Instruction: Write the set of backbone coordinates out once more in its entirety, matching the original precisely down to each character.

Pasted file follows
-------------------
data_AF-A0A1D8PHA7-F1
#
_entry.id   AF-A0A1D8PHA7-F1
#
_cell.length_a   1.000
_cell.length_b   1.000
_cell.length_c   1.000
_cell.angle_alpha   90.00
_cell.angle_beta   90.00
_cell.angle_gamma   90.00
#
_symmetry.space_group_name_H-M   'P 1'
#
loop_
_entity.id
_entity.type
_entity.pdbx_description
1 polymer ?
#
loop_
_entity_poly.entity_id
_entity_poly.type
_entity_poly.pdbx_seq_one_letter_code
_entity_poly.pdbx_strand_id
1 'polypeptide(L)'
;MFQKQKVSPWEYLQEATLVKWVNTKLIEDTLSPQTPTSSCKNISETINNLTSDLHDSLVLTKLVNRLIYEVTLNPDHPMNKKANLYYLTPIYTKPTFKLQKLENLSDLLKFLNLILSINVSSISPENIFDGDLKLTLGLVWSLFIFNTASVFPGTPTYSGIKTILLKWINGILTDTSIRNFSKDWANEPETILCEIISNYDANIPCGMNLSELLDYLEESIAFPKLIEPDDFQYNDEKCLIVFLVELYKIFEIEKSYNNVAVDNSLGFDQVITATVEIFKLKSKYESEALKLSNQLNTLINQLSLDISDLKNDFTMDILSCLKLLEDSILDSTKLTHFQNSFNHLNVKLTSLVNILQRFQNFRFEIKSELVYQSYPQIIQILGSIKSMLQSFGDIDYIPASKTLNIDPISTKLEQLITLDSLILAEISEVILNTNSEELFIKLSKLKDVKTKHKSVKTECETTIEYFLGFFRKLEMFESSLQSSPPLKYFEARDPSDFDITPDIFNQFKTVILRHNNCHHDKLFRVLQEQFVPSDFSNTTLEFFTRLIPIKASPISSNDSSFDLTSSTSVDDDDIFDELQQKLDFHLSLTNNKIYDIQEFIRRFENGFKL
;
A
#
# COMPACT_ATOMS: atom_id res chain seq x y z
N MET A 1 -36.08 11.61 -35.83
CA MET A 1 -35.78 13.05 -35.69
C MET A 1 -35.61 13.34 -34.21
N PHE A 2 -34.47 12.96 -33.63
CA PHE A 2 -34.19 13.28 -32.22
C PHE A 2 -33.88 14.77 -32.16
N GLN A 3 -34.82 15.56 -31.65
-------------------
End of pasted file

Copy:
data_AF-A0A1D8PHA7-F1
#
_entry.id   AF-A0A1D8PHA7-F1
#
_cell.length_a   1.000
_cell.length_b   1.000
_cell.length_c   1.000
_cell.angle_alpha   90.00
_cell.angle_beta   90.00
_cell.angle_gamma   90.00
#
_symmetry.space_group_name_H-M   'P 1'
#
loop_
_entity.id
_entity.type
_entity.pdbx_description
1 polymer ?
#
loop_
_entity_poly.entity_id
_entity_poly.type
_entity_poly.pdbx_seq_one_letter_code
_entity_poly.pdbx_strand_id
1 'polypeptide(L)'
;MFQKQKVSPWEYLQEATLVKWVNTKLIEDTLSPQTPTSSCKNISETINNLTSDLHDSLVLTKLVNRLIYEVTLNPDHPMNKKANLYYLTPIYTKPTFKLQKLENLSDLLKFLNLILSINVSSISPENIFDGDLKLTLGLVWSLFIFNTASVFPGTPTYSGIKTILLKWINGILTDTSIRNFSKDWANEPETILCEIISNYDANIPCGMNLSELLDYLEESIAFPKLIEPDDFQYNDEKCLIVFLVELYKIFEIEKSYNNVAVDNSLGFDQVITATVEIFKLKSKYESEALKLSNQLNTLINQLSLDISDLKNDFTMDILSCLKLLEDSILDSTKLTHFQNSFNHLNVKLTSLVNILQRFQNFRFEIKSELVYQSYPQIIQILGSIKSMLQSFGDIDYIPASKTLNIDPISTKLEQLITLDSLILAEISEVILNTNSEELFIKLSKLKDVKTKHKSVKTECETTIEYFLGFFRKLEMFESSLQSSPPLKYFEARDPSDFDITPDIFNQFKTVILRHNNCHHDKLFRVLQEQFVPSDFSNTTLEFFTRLIPIKASPISSNDSSFDLTSSTSVDDDDIFDELQQKLDFHLSLTNNKIYDIQEFIRRFENGFKL
;
A
#
# COMPACT_ATOMS: atom_id res chain seq x y z
N MET A 1 -36.08 11.61 -35.83
CA MET A 1 -35.78 13.05 -35.69
C MET A 1 -35.61 13.34 -34.21
N PHE A 2 -34.47 12.96 -33.63
CA PHE A 2 -34.19 13.28 -32.22
C PHE A 2 -33.88 14.77 -32.16
N GLN A 3 -34.82 15.56 -31.65